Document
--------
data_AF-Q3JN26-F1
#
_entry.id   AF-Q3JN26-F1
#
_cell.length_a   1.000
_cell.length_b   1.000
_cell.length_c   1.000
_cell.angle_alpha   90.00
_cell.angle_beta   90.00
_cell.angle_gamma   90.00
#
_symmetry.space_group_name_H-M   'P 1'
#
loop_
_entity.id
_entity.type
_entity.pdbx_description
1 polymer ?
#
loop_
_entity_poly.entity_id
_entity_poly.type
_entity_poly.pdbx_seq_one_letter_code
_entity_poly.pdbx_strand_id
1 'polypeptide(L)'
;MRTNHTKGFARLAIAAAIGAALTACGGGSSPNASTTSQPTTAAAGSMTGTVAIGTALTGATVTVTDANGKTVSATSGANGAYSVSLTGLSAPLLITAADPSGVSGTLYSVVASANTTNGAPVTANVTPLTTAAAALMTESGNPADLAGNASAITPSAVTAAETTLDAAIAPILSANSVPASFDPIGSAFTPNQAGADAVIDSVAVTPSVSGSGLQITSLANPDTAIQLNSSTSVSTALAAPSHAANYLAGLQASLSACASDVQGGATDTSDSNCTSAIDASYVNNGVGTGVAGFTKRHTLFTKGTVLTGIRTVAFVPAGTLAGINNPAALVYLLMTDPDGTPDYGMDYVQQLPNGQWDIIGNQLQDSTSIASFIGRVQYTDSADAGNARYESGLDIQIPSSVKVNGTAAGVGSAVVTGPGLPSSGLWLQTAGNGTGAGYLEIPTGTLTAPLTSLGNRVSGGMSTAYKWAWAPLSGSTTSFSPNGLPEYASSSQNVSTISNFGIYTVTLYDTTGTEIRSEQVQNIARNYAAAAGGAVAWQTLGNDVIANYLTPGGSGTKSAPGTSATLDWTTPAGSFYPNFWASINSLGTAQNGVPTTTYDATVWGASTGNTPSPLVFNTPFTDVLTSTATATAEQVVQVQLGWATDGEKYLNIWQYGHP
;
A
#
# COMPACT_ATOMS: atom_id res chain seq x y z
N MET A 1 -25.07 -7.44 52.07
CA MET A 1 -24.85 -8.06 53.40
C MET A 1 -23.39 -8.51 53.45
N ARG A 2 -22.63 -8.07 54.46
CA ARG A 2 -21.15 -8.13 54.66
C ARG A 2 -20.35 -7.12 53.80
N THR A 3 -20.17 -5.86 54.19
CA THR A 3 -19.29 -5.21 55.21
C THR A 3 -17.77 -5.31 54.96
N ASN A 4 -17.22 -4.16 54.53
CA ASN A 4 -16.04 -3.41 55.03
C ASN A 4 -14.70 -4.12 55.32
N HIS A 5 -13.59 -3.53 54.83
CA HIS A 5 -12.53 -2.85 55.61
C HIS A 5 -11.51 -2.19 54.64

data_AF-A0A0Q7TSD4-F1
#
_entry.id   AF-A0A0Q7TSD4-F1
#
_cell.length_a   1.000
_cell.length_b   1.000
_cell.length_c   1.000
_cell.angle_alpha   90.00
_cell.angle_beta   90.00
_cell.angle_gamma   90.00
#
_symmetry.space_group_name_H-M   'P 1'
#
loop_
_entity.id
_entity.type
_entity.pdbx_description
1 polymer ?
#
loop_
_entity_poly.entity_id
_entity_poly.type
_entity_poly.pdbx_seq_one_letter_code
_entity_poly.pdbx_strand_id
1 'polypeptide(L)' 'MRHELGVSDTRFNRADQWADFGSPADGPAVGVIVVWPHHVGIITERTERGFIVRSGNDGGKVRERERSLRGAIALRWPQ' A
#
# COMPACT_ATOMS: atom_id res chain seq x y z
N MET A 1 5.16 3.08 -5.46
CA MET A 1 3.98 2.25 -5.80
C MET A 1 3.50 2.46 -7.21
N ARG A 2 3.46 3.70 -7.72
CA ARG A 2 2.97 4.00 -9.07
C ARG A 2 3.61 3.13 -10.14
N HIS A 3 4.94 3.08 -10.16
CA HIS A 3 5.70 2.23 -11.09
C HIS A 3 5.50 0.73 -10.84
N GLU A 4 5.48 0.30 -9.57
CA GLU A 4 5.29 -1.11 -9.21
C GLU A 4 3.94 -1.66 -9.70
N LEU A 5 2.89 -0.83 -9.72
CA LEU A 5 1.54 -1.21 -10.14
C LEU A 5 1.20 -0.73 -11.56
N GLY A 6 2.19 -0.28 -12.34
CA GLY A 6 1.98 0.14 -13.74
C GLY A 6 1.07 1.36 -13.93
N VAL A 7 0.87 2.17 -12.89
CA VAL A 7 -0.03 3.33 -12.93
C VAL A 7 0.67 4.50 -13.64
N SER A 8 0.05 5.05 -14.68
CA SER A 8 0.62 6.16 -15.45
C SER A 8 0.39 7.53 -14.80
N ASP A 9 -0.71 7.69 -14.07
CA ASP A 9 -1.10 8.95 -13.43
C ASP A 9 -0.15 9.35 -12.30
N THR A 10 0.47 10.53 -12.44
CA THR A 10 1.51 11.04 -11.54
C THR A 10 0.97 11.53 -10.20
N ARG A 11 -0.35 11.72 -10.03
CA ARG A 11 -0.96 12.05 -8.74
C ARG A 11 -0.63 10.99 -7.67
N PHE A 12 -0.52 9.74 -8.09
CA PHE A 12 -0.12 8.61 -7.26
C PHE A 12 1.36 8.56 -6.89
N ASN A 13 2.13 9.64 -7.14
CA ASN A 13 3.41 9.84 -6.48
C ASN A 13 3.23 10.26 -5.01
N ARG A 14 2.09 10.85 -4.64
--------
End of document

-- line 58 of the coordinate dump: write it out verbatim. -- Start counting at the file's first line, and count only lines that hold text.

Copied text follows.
#